In simple businesses this is not a problem.  In large and complex businesses the outcome usually follows a vicious cycle, namely:

  1. The firm still needs to retain a significant management overhead in order to deal with complexity.
  2. In these cases, poor transfer pricing and high overhead allocations mean that perfectly good, competitive core business process seem cost-ineffective.
  3. Critically, Kaplan notes in his seminal work “Relevance Lost: The Rise and Fall of Management Accounting” that the increased costs of  processes leads to outsourcing of perfectly good processes.
  4. Capability suffers and the  business loses competitive advantage.
  5.  The business is no longer able to deal with the level of complexity and complexity reaches an inflection point.  The business outsources the whole problem (eg, large ERM programs with much customisation),  getting locked into  horrific terms and conditions.
  6. Core business is lost and competitive advantage is reduced. Remaining managers pad out their budgets with excessive risk and contingency in order to shield themselves from further cost reductions.
  7. Overheads increase again and the business eventually prices itself out of the market.

cost reduction.accenture

In a recent (2010) Accenture survey on general cost reduction effectiveness in the banking industry, 40% of  respondents noted that the program has reduced overall ICT effectiveness and impacted adversely on both customer service and general management.

in order to reduce costs effectively without impinging on capability as well as making new costs stick, it is essential to view costs and spend at the most granular level possible.

In our next blogs we will go into detail how to structure and run an effective ICT cost reduction and cost management program including effective ICT cost modelling.

 

How Integrated Contract Lifecycle Management Can Reduce Legal Fees 1

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In a recent study by the American Bar 58% of procurement departments noted that they had been involved in purchasing legal services for three or more years.  More than half the respondents were Fortune 1000 companies and about a third were Fortune 100.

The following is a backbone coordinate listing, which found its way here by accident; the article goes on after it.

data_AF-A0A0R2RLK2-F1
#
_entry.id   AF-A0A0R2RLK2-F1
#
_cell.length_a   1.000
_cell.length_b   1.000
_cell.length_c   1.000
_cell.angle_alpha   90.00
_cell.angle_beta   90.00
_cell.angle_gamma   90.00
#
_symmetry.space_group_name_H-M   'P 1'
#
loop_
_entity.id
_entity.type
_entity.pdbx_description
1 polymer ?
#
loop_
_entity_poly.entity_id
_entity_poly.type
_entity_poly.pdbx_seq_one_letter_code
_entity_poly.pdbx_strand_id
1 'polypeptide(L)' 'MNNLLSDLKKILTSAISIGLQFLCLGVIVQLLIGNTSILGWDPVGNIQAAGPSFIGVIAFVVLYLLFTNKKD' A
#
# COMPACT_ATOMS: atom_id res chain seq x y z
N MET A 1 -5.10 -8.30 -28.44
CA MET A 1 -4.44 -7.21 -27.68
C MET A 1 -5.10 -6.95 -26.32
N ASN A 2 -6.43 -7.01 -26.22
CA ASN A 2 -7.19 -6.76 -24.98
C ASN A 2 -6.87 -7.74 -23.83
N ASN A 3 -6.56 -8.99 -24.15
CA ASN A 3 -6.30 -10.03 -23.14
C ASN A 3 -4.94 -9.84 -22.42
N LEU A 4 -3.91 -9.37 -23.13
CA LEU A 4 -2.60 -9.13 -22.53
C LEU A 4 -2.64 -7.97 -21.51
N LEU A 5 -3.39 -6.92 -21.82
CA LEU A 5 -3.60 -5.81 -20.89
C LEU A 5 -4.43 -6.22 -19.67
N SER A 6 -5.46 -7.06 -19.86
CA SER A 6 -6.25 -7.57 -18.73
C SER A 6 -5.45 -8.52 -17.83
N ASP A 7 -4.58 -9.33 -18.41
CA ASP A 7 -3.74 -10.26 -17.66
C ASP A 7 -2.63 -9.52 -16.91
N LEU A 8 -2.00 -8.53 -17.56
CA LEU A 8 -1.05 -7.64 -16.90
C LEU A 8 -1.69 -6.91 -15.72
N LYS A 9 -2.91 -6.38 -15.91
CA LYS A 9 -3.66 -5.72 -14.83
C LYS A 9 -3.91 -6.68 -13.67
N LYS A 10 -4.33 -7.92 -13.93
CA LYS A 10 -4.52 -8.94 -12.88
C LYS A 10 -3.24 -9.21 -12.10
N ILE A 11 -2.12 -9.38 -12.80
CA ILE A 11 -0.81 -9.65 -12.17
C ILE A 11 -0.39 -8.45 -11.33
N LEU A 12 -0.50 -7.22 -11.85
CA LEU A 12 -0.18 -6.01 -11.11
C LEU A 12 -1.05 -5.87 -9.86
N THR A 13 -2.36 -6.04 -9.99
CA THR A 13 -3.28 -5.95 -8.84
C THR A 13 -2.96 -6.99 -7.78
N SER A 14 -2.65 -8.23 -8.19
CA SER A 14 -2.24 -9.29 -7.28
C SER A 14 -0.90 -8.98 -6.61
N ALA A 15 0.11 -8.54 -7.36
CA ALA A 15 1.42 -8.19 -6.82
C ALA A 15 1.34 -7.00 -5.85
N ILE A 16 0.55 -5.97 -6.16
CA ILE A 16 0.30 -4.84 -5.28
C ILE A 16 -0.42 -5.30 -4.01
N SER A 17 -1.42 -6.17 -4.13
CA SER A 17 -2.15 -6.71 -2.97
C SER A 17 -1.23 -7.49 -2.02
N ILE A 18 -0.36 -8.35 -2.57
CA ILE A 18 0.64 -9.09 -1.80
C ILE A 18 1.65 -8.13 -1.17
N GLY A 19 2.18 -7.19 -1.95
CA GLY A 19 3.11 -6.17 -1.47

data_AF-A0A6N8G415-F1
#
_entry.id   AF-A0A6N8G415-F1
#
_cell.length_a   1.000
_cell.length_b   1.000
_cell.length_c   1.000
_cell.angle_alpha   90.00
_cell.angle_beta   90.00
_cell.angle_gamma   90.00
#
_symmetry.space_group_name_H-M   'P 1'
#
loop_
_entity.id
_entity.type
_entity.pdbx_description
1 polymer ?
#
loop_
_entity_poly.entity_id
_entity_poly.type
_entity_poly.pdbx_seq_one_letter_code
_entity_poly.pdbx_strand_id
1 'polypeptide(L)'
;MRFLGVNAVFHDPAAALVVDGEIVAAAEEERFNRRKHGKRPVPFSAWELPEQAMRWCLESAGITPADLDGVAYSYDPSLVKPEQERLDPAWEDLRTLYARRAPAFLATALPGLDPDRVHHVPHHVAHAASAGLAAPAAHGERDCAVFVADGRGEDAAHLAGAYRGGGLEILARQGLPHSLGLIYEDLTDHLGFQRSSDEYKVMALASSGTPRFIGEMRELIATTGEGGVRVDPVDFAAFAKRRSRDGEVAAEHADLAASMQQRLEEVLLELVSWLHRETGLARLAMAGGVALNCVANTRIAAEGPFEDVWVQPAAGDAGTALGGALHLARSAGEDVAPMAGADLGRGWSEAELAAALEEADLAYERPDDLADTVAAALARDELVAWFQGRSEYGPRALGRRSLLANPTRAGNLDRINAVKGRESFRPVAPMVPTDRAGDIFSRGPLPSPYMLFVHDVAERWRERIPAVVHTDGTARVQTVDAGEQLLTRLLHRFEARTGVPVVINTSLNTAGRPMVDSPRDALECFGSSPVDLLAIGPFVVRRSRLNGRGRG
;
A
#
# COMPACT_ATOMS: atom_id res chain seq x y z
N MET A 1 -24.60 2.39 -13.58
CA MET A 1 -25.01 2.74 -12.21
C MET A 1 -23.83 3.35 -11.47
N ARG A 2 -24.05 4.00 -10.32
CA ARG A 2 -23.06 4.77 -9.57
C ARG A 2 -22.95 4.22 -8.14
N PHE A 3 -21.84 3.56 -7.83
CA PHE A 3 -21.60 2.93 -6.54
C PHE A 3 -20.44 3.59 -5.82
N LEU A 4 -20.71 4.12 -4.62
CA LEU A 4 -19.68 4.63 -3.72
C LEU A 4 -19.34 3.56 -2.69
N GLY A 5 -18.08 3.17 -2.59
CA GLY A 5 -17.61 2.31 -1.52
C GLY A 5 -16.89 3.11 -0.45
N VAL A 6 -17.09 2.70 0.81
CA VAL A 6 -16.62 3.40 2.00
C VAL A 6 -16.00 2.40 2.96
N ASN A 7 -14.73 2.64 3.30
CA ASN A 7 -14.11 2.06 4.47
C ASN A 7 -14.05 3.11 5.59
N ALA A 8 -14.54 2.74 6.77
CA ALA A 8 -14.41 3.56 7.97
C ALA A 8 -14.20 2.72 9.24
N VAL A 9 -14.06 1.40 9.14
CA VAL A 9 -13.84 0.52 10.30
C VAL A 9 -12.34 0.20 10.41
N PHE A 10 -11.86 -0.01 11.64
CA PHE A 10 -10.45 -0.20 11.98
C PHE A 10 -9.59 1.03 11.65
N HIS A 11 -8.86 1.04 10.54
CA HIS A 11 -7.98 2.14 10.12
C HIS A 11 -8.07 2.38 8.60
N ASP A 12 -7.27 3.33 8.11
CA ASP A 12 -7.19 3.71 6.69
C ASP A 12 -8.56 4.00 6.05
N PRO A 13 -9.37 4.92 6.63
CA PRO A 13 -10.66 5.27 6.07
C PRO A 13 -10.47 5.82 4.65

Despite this trend most legal work is neither panel-based nor subject to competitive reverse-auction processes.  In fact, back in 2007 McKinsey Quarterly ran an article titled “Inventing the 21st Century Purchasing Organization.”  They noted that businesses had woken up to the cost benefits of strategic sourcing and intelligent supply and management.

It is my prediction that with the massive oversupply of law students and as more lawyers move out of the profession into traditionally non-aligned areas our age will see a large rise in the need for law firms to become highly competitive.

The American Bar reported an interview with the Chief Procurement Officer of a large company.  He stated that “if you know your business, you should know how long something takes and how much something should cost”.  He had worked in the nuclear power industry and thought that building nuclear power plants was a lot more complex than litigation.  Understandable, although I should add that in most industries (Defence excluded) there is no one on the other side conspiring to destroy your plans.  Needless to say, he has a point.  Most law firms track costs but they don’t track work.  They track bills but they don’t track customer value.  Legal work suffers from a dire lack of transparency largely because it doesn’t need to.  In the legal profession it does no one any good to try and commoditise their work.  However, that’s exactly what needs to happen.  In many areas the rise of the paralegal (e.g. conveyancing) has been aimed at increasing profit margin internally rather than increasing customer value externally.